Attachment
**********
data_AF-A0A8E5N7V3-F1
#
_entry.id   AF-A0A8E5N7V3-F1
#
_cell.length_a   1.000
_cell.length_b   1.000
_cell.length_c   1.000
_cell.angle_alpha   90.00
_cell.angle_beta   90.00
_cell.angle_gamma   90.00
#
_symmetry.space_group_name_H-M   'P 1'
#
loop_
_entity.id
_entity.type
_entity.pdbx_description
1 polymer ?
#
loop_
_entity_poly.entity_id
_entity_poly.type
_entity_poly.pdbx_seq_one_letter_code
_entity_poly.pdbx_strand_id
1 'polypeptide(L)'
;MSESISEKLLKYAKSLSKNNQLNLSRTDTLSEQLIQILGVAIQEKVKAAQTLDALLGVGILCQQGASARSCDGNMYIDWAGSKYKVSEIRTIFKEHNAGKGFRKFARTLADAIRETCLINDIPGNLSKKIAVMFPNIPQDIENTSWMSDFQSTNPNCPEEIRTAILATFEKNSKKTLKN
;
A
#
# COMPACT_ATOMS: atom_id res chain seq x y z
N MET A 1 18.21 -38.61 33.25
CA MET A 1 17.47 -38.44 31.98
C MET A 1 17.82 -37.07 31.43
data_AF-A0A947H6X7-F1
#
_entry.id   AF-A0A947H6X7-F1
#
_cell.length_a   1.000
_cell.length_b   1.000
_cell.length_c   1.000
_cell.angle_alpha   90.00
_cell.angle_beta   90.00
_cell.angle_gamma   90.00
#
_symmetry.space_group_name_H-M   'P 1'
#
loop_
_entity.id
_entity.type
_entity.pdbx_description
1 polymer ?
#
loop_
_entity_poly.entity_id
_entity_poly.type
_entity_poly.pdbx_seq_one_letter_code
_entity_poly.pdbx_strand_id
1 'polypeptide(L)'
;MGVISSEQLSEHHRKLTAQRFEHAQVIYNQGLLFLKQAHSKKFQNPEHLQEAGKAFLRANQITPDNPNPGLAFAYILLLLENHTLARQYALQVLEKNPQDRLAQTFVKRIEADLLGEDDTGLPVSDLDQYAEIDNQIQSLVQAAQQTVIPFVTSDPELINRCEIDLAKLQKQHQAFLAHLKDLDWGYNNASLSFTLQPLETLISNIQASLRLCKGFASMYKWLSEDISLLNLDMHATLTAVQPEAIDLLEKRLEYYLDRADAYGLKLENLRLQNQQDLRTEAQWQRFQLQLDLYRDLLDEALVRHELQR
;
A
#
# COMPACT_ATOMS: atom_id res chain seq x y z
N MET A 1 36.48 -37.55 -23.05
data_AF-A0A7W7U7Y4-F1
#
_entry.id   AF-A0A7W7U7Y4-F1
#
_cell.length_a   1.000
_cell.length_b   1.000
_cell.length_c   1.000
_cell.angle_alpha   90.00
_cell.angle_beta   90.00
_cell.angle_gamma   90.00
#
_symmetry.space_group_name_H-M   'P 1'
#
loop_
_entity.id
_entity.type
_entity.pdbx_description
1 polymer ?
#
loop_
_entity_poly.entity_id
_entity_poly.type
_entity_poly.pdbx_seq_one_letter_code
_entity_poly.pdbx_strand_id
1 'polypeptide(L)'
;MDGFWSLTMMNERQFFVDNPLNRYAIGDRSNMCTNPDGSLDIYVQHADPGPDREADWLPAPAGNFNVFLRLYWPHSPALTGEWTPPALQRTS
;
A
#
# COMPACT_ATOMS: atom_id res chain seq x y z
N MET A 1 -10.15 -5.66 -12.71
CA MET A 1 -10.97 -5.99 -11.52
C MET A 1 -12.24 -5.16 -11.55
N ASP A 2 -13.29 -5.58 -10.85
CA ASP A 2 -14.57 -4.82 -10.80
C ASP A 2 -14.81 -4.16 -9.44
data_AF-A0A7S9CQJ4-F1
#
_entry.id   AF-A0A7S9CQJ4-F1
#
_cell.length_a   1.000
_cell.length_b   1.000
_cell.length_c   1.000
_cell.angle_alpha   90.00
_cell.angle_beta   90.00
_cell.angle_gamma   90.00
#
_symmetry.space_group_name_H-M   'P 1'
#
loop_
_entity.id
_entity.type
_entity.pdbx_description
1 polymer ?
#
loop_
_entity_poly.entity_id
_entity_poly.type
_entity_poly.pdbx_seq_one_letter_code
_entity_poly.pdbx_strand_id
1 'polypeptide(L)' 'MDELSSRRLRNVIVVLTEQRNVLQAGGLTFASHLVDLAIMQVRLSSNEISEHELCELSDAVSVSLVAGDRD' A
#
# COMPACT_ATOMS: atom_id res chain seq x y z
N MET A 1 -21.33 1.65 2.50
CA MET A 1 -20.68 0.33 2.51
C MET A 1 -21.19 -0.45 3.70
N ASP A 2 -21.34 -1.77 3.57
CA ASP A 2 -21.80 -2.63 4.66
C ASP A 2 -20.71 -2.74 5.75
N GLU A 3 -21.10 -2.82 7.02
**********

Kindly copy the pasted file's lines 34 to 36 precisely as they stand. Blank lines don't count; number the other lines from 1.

data_AF-A0A947H6X7-F1
#
_entry.id   AF-A0A947H6X7-F1